Fresh plans unveiled to convert historic 'no longer viable' Haxey Hood pub

Fresh plans have been unveiled to convert one of the pubs used in the historic Haxey Hood contest.

By Darren Burke
Thursday, 8th October 2020, 12:39 pm

Plans have been submitted to change the Duke William pub in Haxey as the business is 'no longer financially viable.'

Controversial proposals to covert the pub to housing last year were thrown out after angry enthusiasts and supporters of the 700-year-old contest argued against them.

But now new plans have been submitted for the pub, one of four in the village and neighbouring Westwoodside that have taken part in the game for decades.

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The Duke William pub in Haxey.

The yearly tradition, which takes place in January, sees regulars from the pubs attempt to win the game by getting the famed Haxey Hood – a leather cylinder – inside their favoured watering hole in a muddy and bruising battle.

Plans say the Duke William is now ‘financially unviable’ with plans to convert it into a residential building and erect six other houses on the land.

The latest proposal would see three four-bedroom and three three-bedroom properties erected around the pub.

The establishment is an Asset of Community Value, a building which is of social interest to the local community.

Campaigners convinced North Lincolnshire Council to stop the demolition of the pub in 2019.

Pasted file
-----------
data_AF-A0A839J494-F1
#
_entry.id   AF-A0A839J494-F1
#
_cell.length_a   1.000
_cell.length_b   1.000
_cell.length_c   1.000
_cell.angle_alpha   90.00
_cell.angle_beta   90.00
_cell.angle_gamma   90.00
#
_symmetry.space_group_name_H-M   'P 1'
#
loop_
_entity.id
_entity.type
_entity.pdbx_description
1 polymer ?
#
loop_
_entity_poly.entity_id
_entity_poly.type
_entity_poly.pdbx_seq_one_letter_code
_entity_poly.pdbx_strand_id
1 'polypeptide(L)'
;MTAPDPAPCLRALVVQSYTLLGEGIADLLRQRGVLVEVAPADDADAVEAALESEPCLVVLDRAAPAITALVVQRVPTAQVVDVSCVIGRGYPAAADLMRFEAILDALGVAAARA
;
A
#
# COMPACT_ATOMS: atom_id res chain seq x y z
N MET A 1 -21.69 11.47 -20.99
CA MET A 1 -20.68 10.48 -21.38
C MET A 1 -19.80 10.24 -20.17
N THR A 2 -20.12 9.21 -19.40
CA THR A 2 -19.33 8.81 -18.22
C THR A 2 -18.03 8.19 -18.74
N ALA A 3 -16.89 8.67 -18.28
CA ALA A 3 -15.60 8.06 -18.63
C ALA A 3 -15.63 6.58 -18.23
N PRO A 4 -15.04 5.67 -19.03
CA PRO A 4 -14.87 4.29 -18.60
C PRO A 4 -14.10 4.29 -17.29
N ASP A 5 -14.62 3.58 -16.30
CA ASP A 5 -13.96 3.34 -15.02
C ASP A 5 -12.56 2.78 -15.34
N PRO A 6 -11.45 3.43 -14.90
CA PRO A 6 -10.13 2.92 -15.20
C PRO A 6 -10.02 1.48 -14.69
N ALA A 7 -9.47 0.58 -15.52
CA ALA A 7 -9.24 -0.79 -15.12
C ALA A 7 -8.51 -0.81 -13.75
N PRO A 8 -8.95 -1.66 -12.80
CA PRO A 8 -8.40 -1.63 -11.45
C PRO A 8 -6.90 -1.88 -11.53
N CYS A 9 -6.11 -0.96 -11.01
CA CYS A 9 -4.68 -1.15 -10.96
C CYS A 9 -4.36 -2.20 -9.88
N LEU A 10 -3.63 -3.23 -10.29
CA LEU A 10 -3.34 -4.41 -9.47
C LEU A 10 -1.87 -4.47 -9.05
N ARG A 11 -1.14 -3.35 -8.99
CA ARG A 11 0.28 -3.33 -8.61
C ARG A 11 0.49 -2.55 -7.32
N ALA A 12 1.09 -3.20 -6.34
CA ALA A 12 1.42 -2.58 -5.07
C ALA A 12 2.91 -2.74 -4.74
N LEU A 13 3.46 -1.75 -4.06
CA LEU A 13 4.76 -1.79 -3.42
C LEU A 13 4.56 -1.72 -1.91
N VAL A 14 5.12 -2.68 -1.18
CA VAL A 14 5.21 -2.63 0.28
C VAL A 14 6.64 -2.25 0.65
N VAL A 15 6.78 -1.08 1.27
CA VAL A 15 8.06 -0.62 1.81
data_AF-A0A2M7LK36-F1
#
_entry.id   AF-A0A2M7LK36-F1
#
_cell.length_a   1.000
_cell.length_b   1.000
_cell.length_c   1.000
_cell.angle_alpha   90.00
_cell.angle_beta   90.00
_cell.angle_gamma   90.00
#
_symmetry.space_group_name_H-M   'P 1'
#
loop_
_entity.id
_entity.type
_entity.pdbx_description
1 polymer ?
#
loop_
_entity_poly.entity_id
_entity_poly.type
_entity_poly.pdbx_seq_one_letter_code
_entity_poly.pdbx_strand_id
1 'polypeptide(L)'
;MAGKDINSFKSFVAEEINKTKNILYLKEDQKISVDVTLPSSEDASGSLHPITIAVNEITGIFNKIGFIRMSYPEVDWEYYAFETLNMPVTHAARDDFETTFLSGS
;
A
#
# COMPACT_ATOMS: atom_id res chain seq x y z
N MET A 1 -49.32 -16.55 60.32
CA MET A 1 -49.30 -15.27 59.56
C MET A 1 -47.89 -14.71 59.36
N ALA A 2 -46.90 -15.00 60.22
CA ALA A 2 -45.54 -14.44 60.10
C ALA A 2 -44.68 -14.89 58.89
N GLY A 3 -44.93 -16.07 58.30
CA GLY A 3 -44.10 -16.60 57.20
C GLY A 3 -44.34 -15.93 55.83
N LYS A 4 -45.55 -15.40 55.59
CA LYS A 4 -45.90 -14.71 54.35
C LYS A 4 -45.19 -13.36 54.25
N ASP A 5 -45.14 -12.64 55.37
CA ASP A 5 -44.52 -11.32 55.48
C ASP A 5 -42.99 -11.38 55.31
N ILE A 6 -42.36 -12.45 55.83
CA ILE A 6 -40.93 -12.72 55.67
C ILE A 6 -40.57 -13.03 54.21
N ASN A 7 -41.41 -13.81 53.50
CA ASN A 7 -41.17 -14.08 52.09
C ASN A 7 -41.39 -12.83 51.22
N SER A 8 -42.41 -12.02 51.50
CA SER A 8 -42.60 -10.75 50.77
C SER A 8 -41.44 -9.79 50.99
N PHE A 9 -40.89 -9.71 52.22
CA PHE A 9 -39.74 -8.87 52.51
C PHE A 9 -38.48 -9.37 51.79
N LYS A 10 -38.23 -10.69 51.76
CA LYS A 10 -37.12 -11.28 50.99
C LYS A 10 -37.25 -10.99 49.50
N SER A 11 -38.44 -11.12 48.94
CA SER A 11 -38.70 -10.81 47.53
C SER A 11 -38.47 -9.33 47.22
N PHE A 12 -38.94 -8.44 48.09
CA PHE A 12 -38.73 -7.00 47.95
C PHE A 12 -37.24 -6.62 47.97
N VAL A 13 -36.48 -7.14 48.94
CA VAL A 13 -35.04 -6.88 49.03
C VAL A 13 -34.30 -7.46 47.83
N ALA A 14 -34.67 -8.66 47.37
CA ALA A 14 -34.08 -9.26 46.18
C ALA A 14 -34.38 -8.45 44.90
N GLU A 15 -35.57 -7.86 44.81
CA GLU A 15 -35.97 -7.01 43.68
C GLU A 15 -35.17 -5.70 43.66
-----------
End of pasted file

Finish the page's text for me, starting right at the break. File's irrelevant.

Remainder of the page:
The pub side of the business was forced to close shortly after, with the owner claiming that a community group had boycotted it over the development plans. However, officials denied they discouraged people from drinking there.

The planning application says that the new plans have been revised to be in keeping with the surrounding area, and the proposed bungalows have been redesigned as two-storey houses to prevent a modernising effect.

It states: "The Duke William Motel is no longer financially viable as the trade has been at a cumulative loss over the last year.

"The deficit has been accumulated through a steady decline instead of a sudden drop in sales, any attempt to relaunch the business would therefore be demonstrably likely to be unsuccessful.

"The loss of a community facility would be easily set off by the existing alternative, The Loco. This adjacent public house is located just a few metres away in Church Street.

"Therefore, the closure of The Duke William Motel as described would not cause any significant harm upon the local community and the local economy."